The Impact Of Consuming Drugs For Parkinson’s Sufferers?
I want to ask … My grandfather because he is old and senile recently has been known to take medication for Parkinson’s like heximer, madopar, sifrol, amlodipeng, propanolol at once for morning and afternoon … today the behavior is very strange such as hallucinations. What are the side effects of drinking more than the prescribed dose?
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Need to be clarified, how long has your grandfather consumed these drugs? Is the consumption done under the supervision of a doctor? What kind of hallucinating symptoms did your grandfather experience? Apart from hallucinations, were there any other complaints that were found?
Hallucinations are a condition in which a person believes fully in something that does not really exist. This condition can be related to something that is seen, heard, smelled, felt, and so on. If it's true that your grandfather is a sufferer of Parkinson's disease, then not only is the effect of the medicine, but the disease itself can cause the sufferer to hallucinate more often. Parkinson's disease itself is a nervous system disorder caused by damage to cells that produce dopamine (one of the chemical substances in the brain) that results in abnormalities in brain activity. People with Parkinson's disease typically experience tremors, slowed movements (bradykinesia), muscle stiffness, impaired balance and posture, loss of automatic movement, impaired speech and writing, as well as impaired thinking (as in the form of hallucinations).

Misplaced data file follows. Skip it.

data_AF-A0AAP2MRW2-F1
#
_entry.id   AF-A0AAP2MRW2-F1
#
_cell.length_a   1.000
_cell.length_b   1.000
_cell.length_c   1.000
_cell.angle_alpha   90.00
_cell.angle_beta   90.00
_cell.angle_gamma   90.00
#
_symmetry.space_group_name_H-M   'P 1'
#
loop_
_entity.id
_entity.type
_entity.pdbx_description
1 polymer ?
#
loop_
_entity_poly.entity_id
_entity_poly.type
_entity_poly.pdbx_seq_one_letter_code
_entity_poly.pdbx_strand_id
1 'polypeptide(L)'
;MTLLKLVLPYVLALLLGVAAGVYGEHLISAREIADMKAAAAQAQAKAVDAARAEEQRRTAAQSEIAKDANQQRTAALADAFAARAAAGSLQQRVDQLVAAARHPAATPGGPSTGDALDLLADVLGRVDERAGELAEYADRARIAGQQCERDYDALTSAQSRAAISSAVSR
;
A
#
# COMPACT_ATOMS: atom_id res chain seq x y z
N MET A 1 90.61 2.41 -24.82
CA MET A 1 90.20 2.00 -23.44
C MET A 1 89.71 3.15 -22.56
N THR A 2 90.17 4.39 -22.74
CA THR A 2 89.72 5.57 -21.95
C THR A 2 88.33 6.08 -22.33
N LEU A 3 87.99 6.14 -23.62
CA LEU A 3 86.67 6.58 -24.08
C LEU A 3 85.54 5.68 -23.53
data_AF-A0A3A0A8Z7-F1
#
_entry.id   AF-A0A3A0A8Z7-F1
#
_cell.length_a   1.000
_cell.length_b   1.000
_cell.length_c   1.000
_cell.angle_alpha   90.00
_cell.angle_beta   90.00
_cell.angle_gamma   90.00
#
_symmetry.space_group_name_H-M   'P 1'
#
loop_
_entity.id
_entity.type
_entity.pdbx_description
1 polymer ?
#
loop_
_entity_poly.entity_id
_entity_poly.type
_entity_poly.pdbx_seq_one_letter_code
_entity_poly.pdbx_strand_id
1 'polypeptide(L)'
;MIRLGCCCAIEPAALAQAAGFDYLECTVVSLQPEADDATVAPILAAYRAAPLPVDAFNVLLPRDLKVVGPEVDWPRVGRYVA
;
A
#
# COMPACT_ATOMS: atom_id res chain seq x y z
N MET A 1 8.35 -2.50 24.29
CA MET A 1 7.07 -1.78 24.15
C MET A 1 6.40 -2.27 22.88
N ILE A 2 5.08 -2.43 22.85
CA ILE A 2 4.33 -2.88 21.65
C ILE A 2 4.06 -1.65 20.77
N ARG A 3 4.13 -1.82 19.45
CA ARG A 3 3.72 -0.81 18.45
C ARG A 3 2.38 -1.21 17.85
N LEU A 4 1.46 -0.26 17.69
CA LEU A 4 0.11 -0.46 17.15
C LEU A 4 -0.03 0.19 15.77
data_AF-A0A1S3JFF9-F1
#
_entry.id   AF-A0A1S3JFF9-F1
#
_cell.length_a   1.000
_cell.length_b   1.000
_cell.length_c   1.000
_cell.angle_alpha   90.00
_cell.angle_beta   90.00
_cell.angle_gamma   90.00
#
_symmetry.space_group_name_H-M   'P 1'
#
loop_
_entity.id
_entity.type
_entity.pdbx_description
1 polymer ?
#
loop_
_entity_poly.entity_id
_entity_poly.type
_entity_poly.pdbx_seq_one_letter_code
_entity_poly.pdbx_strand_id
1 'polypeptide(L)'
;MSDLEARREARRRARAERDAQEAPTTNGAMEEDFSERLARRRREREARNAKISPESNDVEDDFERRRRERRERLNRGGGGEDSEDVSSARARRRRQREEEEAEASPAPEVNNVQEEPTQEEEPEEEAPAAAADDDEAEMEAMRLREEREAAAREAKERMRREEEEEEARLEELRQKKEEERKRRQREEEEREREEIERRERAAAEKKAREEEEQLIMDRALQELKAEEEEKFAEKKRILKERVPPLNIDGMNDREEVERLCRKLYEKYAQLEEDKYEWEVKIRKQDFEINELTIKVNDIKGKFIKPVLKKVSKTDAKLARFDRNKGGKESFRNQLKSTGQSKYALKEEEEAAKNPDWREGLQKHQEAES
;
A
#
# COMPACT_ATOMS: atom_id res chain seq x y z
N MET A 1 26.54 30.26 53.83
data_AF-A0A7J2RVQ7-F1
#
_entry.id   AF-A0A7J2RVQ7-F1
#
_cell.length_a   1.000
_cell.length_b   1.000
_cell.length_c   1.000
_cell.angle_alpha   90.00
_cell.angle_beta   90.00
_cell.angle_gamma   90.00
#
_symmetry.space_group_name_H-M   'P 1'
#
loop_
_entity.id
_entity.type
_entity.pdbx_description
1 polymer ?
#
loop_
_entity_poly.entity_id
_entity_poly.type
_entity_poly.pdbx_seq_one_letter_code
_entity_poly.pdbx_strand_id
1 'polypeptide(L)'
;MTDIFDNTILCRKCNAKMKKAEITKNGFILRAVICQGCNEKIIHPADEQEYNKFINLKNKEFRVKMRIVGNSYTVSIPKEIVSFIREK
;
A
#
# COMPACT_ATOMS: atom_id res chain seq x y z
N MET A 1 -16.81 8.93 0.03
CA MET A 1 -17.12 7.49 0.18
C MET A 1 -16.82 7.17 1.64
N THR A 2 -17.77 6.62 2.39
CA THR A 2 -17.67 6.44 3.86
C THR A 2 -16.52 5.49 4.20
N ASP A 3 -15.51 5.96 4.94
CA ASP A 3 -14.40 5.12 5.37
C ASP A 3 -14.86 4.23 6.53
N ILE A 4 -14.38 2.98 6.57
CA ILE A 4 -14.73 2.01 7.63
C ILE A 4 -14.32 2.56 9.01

Not only that, hallucinations can also occur due to many other factors, for example schizophrenia, Alzheimer's disease, migraines, brain tumors, sleep disorders, depression, bipolar disorder, metabolic disorders, head injuries, alcohol consumption, and so on.
Diagnosing the cause of hallucinations should not be done haphazardly. Ideally, you consult your grandfather directly to the doctor or psychiatric specialist so that his condition can be evaluated and handled properly. Handling can later be adjusted to the conditions that underlie your grandfather's complaints. If it is true he has Parkinson's, then the administration of drugs to the operation can be done. If it turns out there are other complications, then another therapeutic modality can be given.
At this time, you and your family should be more patient, and empathize with your grandfather's condition. Never judge, let alone feel burdened by his behavior. Always accompany your grandfather in activities. Create a pleasant home atmosphere, close to the people your grandfather loved and also love your grandfather. Do not forget, often also invite your grandfather to talk and accompany him to live a healthy lifestyle.
Hope this helps ...